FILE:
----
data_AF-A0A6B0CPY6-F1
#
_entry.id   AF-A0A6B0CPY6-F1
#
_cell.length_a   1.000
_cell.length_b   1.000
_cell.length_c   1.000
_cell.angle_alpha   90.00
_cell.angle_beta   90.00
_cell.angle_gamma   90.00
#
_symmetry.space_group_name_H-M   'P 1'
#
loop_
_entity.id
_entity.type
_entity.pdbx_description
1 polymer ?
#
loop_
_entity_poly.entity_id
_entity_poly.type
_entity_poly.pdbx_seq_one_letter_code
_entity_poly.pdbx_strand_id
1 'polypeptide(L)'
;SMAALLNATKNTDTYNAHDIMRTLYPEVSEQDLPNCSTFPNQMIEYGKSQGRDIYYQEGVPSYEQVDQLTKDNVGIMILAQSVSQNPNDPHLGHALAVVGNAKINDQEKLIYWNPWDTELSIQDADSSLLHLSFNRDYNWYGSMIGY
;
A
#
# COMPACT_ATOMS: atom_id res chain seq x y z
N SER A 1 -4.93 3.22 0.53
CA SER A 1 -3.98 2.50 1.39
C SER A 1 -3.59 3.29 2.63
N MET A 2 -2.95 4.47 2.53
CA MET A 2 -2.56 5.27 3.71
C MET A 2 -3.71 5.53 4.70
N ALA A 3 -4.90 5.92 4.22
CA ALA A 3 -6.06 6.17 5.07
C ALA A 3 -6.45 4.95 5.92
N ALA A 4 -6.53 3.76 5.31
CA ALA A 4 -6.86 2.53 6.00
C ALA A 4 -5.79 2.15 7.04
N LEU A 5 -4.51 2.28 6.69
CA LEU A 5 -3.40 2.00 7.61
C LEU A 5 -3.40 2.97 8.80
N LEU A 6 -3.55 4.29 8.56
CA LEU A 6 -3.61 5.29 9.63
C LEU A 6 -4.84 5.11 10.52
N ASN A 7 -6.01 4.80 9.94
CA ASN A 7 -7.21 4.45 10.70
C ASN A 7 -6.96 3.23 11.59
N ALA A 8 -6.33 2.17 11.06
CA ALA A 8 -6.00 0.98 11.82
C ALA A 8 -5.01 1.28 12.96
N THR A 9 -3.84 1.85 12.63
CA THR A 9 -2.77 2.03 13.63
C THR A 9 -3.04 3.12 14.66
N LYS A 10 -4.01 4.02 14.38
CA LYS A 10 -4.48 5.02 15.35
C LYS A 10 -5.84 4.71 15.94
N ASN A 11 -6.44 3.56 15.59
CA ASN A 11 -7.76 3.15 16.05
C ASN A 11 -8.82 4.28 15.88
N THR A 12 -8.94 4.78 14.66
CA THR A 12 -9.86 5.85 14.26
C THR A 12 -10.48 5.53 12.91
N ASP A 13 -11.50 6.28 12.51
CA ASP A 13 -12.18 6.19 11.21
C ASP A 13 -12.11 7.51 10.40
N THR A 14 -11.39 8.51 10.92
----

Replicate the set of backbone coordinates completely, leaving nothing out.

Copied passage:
data_AF-A0A6B0CPY6-F1
#
_entry.id   AF-A0A6B0CPY6-F1
#
_cell.length_a   1.000
_cell.length_b   1.000
_cell.length_c   1.000
_cell.angle_alpha   90.00
_cell.angle_beta   90.00
_cell.angle_gamma   90.00
#
_symmetry.space_group_name_H-M   'P 1'
#
loop_
_entity.id
_entity.type
_entity.pdbx_description
1 polymer ?
#
loop_
_entity_poly.entity_id
_entity_poly.type
_entity_poly.pdbx_seq_one_letter_code
_entity_poly.pdbx_strand_id
1 'polypeptide(L)'
;SMAALLNATKNTDTYNAHDIMRTLYPEVSEQDLPNCSTFPNQMIEYGKSQGRDIYYQEGVPSYEQVDQLTKDNVGIMILAQSVSQNPNDPHLGHALAVVGNAKINDQEKLIYWNPWDTELSIQDADSSLLHLSFNRDYNWYGSMIGY
;
A
#
# COMPACT_ATOMS: atom_id res chain seq x y z
N SER A 1 -4.93 3.22 0.53
CA SER A 1 -3.98 2.50 1.39
C SER A 1 -3.59 3.29 2.63
N MET A 2 -2.95 4.47 2.53
CA MET A 2 -2.56 5.27 3.71
C MET A 2 -3.71 5.53 4.70
N ALA A 3 -4.90 5.92 4.22
CA ALA A 3 -6.06 6.17 5.07
C ALA A 3 -6.45 4.95 5.92
N ALA A 4 -6.53 3.76 5.31
CA ALA A 4 -6.86 2.53 6.00
C ALA A 4 -5.79 2.15 7.04
N LEU A 5 -4.51 2.28 6.69
CA LEU A 5 -3.40 2.00 7.61
C LEU A 5 -3.40 2.97 8.80
N LEU A 6 -3.55 4.29 8.56
CA LEU A 6 -3.61 5.29 9.63
C LEU A 6 -4.84 5.11 10.52
N ASN A 7 -6.01 4.80 9.94
CA ASN A 7 -7.21 4.45 10.70
C ASN A 7 -6.96 3.23 11.59
N ALA A 8 -6.33 2.17 11.06
CA ALA A 8 -6.00 0.98 11.82
C ALA A 8 -5.01 1.28 12.96
N THR A 9 -3.84 1.85 12.63
CA THR A 9 -2.77 2.03 13.63
C THR A 9 -3.04 3.12 14.66
N LYS A 10 -4.01 4.02 14.38
CA LYS A 10 -4.48 5.02 15.35
C LYS A 10 -5.84 4.71 15.94
N ASN A 11 -6.44 3.56 15.59
CA ASN A 11 -7.76 3.15 16.05
C ASN A 11 -8.82 4.28 15.88
N THR A 12 -8.94 4.78 14.66
CA THR A 12 -9.86 5.85 14.26
C THR A 12 -10.48 5.53 12.91
N ASP A 13 -11.50 6.28 12.51
CA ASP A 13 -12.18 6.19 11.21
C ASP A 13 -12.11 7.51 10.40
N THR A 14 -11.39 8.51 10.92